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Showing blog posts tagged with unemployed

‘It’s So Hard to Care About Anything Anymore’: Confessions of Unemployed Workers

Photo, via Whisper

Just in case folks need a reminder, being unemployed really sucks. On top of the stress of not knowing how you’re going to pay rent or afford to eat, you feel isolated from your friends and family. Most people get that being out of work is no picnic, but Sen. Mark Kirk (R-Ill.) needs a refresher. Kirk voted twice against extending emergency jobless benefits, which is crazy when you consider more than 99,000 Illinoisans have lost this lifeline.

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What We're Reading Today: Tuesday News Roundup

Photo via Doviende/Flickr

Here are some headlines from the working families news we're reading today (after the jump).

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What Can We Learn from the Long-Term Unemployed in the New York City Metro Area?

Photo via Wikimedia.

Among the problems that we as a nation have been grappling with since the end of the Great Recession, which ended in 2009, is the persistence of unemployment or, more specifically, long-term unemployment. It has been commonplace to assume that long-term unemployment is because of structural change, which has resulted in a skills mismatch. There is no question that structural changes in the economy mean that jobs that were eliminated—because of shocks from the financial crisis, which led to downturns in the business cycle—are not coming back. But this may assume too much. On the contrary, the principal issue is the depth of the recession, which has led to a severe decrease in aggregate demand for goods and services.

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‘Jobless Need Not Apply’ Signs Coming Down in NYC

‘Jobless Need Not Apply’ Signs Coming Down in NYC

One of the ugliest side effects of the most severe economic downturn since the Great Depression is the continuing practice among many employers of refusing to consider applications of job seekers who are unemployed.  

But the New York City Council yesterday overwhelmingly (44-4) passed a bill that prohibits discrimination against the unemployed in hiring.

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Tell Us What You Think: What’s Wrong With the U.S. Economy? The Real Scoop

This is the first of a four-part series describing what went wrong with America’s economy and how to fix it. See Part 2 tomorrow—and please leave a comment to tell us what you think. (Click the chart to enlarge.)

The Great Recession officially ended more than three years ago, but working families know there’s still something wrong with the U.S. economy.  If we want to fix our economy, we first have to understand what’s wrong with it. (Click chart on the left to enlarge). 

Starting today, in a series of four posts and infographics, we’ll spell out what we see as the short-term and long-term causes of our economic problems and we’ll point to specific solutions.

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1 Job for Every 3.4 Jobless Workers—Skills Shortage Isn't the Problem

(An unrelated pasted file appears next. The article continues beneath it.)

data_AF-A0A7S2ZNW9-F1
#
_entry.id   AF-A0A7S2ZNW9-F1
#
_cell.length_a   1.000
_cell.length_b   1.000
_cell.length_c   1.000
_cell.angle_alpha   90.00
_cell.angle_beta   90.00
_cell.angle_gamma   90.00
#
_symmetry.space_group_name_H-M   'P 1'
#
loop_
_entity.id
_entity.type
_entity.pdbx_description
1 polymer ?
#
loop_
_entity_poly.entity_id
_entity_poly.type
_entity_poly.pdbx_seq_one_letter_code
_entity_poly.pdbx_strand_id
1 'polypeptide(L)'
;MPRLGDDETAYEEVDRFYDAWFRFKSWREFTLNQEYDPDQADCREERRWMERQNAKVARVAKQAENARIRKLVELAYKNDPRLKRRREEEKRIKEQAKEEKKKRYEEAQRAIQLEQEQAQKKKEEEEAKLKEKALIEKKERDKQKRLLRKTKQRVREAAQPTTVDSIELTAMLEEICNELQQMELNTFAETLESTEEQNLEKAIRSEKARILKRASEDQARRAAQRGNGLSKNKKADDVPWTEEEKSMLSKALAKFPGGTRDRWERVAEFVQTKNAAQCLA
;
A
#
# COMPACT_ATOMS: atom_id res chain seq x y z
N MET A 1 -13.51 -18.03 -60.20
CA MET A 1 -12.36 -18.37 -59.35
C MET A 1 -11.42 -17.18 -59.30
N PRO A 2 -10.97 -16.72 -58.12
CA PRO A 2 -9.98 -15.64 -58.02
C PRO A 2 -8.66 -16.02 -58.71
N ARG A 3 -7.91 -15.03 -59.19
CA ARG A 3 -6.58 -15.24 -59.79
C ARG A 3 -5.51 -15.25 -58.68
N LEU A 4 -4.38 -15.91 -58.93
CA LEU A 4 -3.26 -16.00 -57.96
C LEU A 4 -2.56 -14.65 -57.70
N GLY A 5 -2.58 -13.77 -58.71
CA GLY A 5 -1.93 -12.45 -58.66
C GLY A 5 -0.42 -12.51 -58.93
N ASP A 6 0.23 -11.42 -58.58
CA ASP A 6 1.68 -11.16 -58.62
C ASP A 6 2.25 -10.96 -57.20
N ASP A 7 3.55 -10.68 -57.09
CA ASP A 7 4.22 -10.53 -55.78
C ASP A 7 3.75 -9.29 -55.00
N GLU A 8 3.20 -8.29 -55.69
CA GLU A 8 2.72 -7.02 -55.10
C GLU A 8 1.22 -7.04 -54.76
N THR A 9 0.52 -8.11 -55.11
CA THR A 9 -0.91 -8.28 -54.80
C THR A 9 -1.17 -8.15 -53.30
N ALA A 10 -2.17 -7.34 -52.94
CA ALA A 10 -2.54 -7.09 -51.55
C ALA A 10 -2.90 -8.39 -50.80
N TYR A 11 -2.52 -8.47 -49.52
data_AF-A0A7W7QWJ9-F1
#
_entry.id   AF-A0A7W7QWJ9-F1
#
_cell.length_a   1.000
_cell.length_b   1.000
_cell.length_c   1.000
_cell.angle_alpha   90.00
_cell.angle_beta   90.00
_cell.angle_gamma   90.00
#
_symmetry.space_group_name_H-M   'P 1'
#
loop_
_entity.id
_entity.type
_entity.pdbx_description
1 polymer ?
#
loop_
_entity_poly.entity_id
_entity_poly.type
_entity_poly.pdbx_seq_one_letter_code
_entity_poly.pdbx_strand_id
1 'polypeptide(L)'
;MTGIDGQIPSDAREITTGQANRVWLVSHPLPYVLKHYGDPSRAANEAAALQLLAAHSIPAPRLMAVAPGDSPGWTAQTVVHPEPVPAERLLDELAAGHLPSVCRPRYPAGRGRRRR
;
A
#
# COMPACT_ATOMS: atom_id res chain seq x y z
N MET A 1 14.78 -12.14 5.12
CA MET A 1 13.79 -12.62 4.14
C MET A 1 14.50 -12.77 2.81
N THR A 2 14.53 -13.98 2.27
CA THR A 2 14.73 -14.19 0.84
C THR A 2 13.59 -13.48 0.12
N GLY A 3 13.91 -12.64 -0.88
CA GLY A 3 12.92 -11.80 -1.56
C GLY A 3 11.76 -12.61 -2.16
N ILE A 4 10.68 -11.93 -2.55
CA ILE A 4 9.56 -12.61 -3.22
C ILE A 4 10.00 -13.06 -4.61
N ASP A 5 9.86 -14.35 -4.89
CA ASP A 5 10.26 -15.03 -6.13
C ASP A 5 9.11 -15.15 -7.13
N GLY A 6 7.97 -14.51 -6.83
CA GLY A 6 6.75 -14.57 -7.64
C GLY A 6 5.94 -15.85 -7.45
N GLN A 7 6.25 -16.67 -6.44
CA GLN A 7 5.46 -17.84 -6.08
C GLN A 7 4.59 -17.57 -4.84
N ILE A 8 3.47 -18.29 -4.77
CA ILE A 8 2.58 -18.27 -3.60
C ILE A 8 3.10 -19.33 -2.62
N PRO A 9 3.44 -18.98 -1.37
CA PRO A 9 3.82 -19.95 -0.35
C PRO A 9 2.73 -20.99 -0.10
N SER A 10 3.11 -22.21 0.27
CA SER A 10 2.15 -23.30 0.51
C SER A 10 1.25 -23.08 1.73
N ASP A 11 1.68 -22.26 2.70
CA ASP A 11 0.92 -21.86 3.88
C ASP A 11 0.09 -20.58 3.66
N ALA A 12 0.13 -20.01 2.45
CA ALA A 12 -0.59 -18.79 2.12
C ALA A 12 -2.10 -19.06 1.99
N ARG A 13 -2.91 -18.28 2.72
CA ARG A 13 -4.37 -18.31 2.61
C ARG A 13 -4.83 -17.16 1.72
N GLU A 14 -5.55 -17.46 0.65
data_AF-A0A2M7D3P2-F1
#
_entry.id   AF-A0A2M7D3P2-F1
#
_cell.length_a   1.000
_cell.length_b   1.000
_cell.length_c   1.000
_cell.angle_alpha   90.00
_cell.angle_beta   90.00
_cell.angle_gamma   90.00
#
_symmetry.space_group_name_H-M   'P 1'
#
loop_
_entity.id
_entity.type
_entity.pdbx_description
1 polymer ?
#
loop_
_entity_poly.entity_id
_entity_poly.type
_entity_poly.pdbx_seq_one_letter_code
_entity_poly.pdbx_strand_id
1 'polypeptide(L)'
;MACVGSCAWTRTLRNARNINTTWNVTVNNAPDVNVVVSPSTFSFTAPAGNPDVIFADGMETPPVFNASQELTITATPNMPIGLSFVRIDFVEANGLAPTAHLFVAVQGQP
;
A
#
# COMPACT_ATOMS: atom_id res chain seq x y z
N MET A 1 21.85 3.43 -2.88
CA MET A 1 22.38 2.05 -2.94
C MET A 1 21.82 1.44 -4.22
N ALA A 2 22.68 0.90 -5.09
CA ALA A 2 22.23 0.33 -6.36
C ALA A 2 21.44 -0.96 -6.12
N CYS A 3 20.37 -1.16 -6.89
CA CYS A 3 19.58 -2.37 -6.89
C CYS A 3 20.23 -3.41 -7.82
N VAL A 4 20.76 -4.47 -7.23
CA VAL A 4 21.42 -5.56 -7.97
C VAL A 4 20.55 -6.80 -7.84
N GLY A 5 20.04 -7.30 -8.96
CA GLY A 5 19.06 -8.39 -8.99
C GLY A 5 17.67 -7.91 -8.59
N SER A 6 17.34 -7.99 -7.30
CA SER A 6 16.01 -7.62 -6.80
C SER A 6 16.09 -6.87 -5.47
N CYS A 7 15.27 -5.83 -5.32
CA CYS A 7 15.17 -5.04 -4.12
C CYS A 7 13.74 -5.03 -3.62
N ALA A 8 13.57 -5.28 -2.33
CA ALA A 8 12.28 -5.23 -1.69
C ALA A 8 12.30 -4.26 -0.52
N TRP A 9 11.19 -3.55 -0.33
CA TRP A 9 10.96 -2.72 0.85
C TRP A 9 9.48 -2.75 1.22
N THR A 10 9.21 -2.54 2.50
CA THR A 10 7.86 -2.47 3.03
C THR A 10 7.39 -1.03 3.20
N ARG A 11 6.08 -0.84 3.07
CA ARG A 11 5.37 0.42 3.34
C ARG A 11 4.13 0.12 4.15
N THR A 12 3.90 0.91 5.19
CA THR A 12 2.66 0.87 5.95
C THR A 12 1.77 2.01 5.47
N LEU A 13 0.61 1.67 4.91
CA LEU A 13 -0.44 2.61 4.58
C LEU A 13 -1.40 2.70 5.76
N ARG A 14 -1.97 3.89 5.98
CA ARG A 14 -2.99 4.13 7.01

Republicans in Congress and the Beltway pundits who parrot them like to say the nation's unemployment crisis is in large part due to workers' lack of skills.

Once again, a new report shows they are wrong.

Data out yesterday show that although the number of jobs is increasing, there still are far fewer jobs per worker available.

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Decline of Good Jobs Tied to Workers’ Decreased Bargaining Power

Many U.S. workers don’t have jobs—nearly 13 million. Less known, however, is that many more don’t have good jobs—fewer than one-quarter of America’s workforce, according to a new report from the Center for Economic and Policy Research (CEPR). The center defines a good job as one that pays at least $18.50 an hour, or $37,000 per year, equal to the inflation-adjusted earnings of the typical male worker in 1979.  A good job also includes employer-provided health insurance and a retirement plan (click on chart at left to expand).

The lack of available good jobs is not new. As CEPR finds, compared with 1979, the U.S. economy has lost about one-third (28 percent to 38 percent) of its capacity to generate good jobs.

But why?

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Fewer Available Jobs for Workers in April

Whether a blip or a (bad) new trend, data showing the number of U.S. job seekers is rising, compared with jobs available, should light a fire under Republicans in Congress to move a jobs creation package.

New data released today show the Job-Seekers Ratio increased in April to 3.7 workers for every 1 job from March’s ratio of 3.4 workers for every one job. 

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In North Carolina, Working America Stands Up for the Unemployed

In the midst of a terrible jobs crisis, there are those in North Carolina who seek to cut assistance for those who have lost their jobs. That’s just plain wrong.

Currently, North Carolina’s Chamber of Commerce seeks to restrict unemployment benefits by reducing the maximum weekly income from $506 to $350. In addition to the monetary cut, the time allowed to receive benefits could be reduced from 26 weeks to 20 weeks. The restriction of unemployment benefits will devastate hundreds of thousands of families who are actively looking for work.

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Young Workers Struggle to Find Jobs, Pay Student Debt

Campus Progress

"For Most Graduates, a Grueling Job Hunt Awaits," The Wall Street Journal writes today. Over the weekend, the New York Times sounded the alarm about employers' growing use of unpaid internships in fields that typically have never exploited free labor.

So, how bad is it for young workers?

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